In Jordan, Akkad said the Syrian government had encouraged him to return and he said he hopes to do so eventually. “It all depends on the circumstances improving,” he said.
He has built one factory that produces most of the same range of rugs and carpets he once made in Aleppo and is also investing in a new $5 million plant to make yarn.
Some of his most skilled weavers followed him to Jordan and few others remain in Aleppo. “Only five percent of my workforce have remained… Most headed to Germany, to Turkey,” he said.
In 2010, Aleppo had about a third of Syria’s industrial companies and industry workers, Central Bureau of Statistics figures show. There were about a million people employed in its factories, Shehabi said.
During the decade before the war Assad’s economic reforms helped Aleppo’s businesses to grow more quickly.
Akkad was among the first to leave the small inner city workshops and move his operations into Sheikh Najjar, north of Aleppo, the biggest industrial zone in the city.
His family owned three factories there and was one of the biggest exporters of Syrian textiles.
Sheikh Najjar became a battlefield in 2013, occupied by successive forces whose warfare caused massive damage and who stripped plants of equipment. Akkad risked losing business relationships built over 50 years.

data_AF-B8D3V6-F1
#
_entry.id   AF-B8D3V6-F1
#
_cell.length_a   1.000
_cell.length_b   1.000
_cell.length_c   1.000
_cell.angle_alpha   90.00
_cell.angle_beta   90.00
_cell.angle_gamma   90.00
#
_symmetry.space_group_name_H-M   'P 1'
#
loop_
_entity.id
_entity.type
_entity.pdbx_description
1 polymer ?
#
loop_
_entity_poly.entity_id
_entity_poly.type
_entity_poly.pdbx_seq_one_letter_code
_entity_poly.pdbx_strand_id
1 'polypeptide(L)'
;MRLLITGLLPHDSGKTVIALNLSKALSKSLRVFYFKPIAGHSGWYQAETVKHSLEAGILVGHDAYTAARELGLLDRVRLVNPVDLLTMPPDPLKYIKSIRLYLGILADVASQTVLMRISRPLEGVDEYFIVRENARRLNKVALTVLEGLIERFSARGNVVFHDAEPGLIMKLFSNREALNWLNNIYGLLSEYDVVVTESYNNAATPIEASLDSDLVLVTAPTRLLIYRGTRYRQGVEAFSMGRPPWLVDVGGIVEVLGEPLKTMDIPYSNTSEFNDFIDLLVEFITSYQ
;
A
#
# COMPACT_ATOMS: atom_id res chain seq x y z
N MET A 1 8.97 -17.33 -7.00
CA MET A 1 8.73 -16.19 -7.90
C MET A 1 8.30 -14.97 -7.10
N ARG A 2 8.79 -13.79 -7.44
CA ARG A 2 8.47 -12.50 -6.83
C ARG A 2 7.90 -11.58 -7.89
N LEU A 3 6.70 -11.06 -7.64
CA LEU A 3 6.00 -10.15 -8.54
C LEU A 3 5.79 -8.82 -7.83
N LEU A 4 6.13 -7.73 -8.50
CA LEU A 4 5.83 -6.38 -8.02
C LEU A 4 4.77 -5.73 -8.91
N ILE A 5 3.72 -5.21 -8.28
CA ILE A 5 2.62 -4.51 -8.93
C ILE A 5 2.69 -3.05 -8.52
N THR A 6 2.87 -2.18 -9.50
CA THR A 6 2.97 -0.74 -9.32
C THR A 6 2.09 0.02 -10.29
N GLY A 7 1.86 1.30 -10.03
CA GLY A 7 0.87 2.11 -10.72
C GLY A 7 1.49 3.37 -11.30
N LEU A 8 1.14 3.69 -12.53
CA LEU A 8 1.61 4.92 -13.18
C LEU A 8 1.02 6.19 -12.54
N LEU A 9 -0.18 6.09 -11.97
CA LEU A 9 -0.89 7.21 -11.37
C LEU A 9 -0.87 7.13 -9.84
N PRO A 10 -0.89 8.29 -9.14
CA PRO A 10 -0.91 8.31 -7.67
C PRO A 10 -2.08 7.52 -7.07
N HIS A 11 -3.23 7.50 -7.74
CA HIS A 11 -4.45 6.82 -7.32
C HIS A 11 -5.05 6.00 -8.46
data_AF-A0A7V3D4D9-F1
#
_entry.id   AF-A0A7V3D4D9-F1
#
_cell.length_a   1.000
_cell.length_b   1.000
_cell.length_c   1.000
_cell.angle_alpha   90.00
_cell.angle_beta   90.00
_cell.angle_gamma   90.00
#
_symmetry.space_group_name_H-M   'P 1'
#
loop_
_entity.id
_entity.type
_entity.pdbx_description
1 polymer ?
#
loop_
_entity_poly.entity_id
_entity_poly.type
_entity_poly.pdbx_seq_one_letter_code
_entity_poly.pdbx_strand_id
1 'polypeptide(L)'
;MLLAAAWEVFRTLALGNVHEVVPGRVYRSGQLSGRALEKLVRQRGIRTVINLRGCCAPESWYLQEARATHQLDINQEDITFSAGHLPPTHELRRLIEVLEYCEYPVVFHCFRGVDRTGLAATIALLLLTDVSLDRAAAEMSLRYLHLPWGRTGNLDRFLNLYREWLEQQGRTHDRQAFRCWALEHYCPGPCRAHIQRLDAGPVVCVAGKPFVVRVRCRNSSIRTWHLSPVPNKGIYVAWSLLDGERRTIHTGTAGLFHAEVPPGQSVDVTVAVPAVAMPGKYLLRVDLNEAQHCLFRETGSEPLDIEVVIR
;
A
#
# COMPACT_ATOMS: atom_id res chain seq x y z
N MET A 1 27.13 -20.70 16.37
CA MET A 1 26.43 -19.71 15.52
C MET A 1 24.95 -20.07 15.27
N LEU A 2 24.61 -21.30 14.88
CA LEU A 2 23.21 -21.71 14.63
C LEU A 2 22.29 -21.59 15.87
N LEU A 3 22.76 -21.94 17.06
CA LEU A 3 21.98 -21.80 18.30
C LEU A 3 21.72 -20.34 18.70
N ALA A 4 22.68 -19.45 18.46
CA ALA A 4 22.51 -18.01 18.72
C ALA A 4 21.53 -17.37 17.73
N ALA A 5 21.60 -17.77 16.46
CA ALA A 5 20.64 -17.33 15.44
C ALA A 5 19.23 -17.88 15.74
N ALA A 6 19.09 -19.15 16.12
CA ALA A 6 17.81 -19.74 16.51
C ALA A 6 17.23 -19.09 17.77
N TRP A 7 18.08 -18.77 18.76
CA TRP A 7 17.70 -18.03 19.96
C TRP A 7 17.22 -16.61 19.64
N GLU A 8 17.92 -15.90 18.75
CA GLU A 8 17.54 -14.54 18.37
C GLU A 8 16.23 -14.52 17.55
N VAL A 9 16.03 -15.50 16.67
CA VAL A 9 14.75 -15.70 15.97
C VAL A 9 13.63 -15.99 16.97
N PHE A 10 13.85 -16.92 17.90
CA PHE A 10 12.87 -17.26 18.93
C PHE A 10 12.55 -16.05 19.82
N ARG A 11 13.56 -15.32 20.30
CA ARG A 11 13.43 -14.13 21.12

“Today you have customers all over the world. This is very costly to get a new network of customers. It’s more expensive than the plant itself,” he said.
He considered starting again in Turkey, Lebanon, or Egypt. Some city industrialists have moved to each of the three countries and others went elsewhere in Syria, but Akkad chose Jordan, untouched by the 2011 Arab uprisings.
His business is now located in a well-policed industrial zone there, the machine guns of Jordan’s anti-terrorist force guarding the entrance.
“What brought us here was the security,” he said.